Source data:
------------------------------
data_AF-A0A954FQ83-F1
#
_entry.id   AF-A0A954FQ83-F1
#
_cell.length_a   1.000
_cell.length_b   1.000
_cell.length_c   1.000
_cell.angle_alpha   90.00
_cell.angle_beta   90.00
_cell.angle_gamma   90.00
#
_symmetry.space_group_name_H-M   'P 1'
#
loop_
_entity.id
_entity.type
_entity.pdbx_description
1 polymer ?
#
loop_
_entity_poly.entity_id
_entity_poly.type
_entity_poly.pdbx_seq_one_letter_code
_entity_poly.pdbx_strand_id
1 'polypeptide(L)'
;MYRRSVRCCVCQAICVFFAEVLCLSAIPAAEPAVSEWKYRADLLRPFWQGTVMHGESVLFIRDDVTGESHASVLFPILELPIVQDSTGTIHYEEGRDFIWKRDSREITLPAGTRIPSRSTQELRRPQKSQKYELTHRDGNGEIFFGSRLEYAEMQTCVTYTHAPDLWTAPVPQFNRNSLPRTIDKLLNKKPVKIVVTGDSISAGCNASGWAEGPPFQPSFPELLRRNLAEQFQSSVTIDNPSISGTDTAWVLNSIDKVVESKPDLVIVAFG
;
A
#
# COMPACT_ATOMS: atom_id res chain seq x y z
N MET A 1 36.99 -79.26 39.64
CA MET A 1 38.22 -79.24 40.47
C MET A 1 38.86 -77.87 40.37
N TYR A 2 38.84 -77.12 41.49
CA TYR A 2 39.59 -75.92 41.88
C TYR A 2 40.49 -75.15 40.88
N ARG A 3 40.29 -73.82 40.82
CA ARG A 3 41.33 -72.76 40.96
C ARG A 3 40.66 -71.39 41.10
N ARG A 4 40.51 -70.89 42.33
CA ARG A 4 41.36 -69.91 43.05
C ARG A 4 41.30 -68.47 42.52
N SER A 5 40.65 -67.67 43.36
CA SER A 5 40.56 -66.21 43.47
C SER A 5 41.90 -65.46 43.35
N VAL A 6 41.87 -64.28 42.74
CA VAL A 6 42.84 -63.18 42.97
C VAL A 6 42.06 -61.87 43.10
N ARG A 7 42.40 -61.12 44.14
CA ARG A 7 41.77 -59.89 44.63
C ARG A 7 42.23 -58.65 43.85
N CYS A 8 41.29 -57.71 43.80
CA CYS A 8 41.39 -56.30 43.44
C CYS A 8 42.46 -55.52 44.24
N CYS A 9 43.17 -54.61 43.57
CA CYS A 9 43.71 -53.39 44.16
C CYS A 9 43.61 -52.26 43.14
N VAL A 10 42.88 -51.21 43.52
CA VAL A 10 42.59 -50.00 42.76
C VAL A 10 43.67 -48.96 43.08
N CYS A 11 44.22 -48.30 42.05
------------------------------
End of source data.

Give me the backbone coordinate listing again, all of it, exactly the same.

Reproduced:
data_AF-A0A954FQ83-F1
#
_entry.id   AF-A0A954FQ83-F1
#
_cell.length_a   1.000
_cell.length_b   1.000
_cell.length_c   1.000
_cell.angle_alpha   90.00
_cell.angle_beta   90.00
_cell.angle_gamma   90.00
#
_symmetry.space_group_name_H-M   'P 1'
#
loop_
_entity.id
_entity.type
_entity.pdbx_description
1 polymer ?
#
loop_
_entity_poly.entity_id
_entity_poly.type
_entity_poly.pdbx_seq_one_letter_code
_entity_poly.pdbx_strand_id
1 'polypeptide(L)'
;MYRRSVRCCVCQAICVFFAEVLCLSAIPAAEPAVSEWKYRADLLRPFWQGTVMHGESVLFIRDDVTGESHASVLFPILELPIVQDSTGTIHYEEGRDFIWKRDSREITLPAGTRIPSRSTQELRRPQKSQKYELTHRDGNGEIFFGSRLEYAEMQTCVTYTHAPDLWTAPVPQFNRNSLPRTIDKLLNKKPVKIVVTGDSISAGCNASGWAEGPPFQPSFPELLRRNLAEQFQSSVTIDNPSISGTDTAWVLNSIDKVVESKPDLVIVAFG
;
A
#
# COMPACT_ATOMS: atom_id res chain seq x y z
N MET A 1 36.99 -79.26 39.64
CA MET A 1 38.22 -79.24 40.47
C MET A 1 38.86 -77.87 40.37
N TYR A 2 38.84 -77.12 41.49
CA TYR A 2 39.59 -75.92 41.88
C TYR A 2 40.49 -75.15 40.88
N ARG A 3 40.29 -73.82 40.82
CA ARG A 3 41.33 -72.76 40.96
C ARG A 3 40.66 -71.39 41.10
N ARG A 4 40.51 -70.89 42.33
CA ARG A 4 41.36 -69.91 43.05
C ARG A 4 41.30 -68.47 42.52
N SER A 5 40.65 -67.67 43.36
CA SER A 5 40.56 -66.21 43.47
C SER A 5 41.90 -65.46 43.35
N VAL A 6 41.87 -64.28 42.74
CA VAL A 6 42.84 -63.18 42.97
C VAL A 6 42.06 -61.87 43.10
N ARG A 7 42.40 -61.12 44.14
CA ARG A 7 41.77 -59.89 44.63
C ARG A 7 42.23 -58.65 43.85
N CYS A 8 41.29 -57.71 43.80
CA CYS A 8 41.39 -56.30 43.44
C CYS A 8 42.46 -55.52 44.24
N CYS A 9 43.17 -54.61 43.57
CA CYS A 9 43.71 -53.39 44.16
C CYS A 9 43.61 -52.26 43.14
N VAL A 10 42.88 -51.21 43.52
CA VAL A 10 42.59 -50.00 42.76
C VAL A 10 43.67 -48.96 43.08
N CYS A 11 44.22 -48.30 42.05